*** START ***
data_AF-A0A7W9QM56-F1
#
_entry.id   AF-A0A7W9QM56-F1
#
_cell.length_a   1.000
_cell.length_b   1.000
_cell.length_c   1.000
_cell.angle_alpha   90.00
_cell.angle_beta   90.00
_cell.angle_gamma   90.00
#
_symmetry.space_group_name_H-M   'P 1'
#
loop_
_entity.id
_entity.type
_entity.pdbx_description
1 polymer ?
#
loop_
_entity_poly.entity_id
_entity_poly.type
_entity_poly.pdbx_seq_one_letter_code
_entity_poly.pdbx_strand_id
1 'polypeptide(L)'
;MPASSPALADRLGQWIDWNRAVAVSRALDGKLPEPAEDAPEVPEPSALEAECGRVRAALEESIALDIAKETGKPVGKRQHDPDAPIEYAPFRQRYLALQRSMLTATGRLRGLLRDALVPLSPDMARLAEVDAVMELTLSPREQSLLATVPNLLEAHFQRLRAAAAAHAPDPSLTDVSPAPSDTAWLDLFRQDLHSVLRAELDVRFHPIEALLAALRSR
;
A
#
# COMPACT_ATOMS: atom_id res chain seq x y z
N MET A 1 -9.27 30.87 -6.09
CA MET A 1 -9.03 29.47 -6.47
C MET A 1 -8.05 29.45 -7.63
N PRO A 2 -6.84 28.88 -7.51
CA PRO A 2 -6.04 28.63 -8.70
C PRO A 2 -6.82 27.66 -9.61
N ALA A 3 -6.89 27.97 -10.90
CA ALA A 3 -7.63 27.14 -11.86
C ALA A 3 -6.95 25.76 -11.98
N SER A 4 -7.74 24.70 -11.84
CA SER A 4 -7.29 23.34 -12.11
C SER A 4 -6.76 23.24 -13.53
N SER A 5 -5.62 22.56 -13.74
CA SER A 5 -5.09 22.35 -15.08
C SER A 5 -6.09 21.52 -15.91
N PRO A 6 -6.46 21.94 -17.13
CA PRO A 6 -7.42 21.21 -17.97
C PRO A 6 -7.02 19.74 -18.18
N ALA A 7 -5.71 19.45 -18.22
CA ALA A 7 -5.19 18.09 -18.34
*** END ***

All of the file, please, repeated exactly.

data_AF-A0A7W9QM56-F1
#
_entry.id   AF-A0A7W9QM56-F1
#
_cell.length_a   1.000
_cell.length_b   1.000
_cell.length_c   1.000
_cell.angle_alpha   90.00
_cell.angle_beta   90.00
_cell.angle_gamma   90.00
#
_symmetry.space_group_name_H-M   'P 1'
#
loop_
_entity.id
_entity.type
_entity.pdbx_description
1 polymer ?
#
loop_
_entity_poly.entity_id
_entity_poly.type
_entity_poly.pdbx_seq_one_letter_code
_entity_poly.pdbx_strand_id
1 'polypeptide(L)'
;MPASSPALADRLGQWIDWNRAVAVSRALDGKLPEPAEDAPEVPEPSALEAECGRVRAALEESIALDIAKETGKPVGKRQHDPDAPIEYAPFRQRYLALQRSMLTATGRLRGLLRDALVPLSPDMARLAEVDAVMELTLSPREQSLLATVPNLLEAHFQRLRAAAAAHAPDPSLTDVSPAPSDTAWLDLFRQDLHSVLRAELDVRFHPIEALLAALRSR
;
A
#
# COMPACT_ATOMS: atom_id res chain seq x y z
N MET A 1 -9.27 30.87 -6.09
CA MET A 1 -9.03 29.47 -6.47
C MET A 1 -8.05 29.45 -7.63
N PRO A 2 -6.84 28.88 -7.51
CA PRO A 2 -6.04 28.63 -8.70
C PRO A 2 -6.82 27.66 -9.61
N ALA A 3 -6.89 27.97 -10.90
CA ALA A 3 -7.63 27.14 -11.86
C ALA A 3 -6.95 25.76 -11.98
N SER A 4 -7.74 24.70 -11.84
CA SER A 4 -7.29 23.34 -12.11
C SER A 4 -6.76 23.24 -13.53
N SER A 5 -5.62 22.56 -13.74
CA SER A 5 -5.09 22.35 -15.08
C SER A 5 -6.09 21.52 -15.91
N PRO A 6 -6.46 21.94 -17.13
CA PRO A 6 -7.42 21.21 -17.97
C PRO A 6 -7.02 19.74 -18.18
N ALA A 7 -5.71 19.45 -18.22
CA ALA A 7 -5.19 18.09 -18.34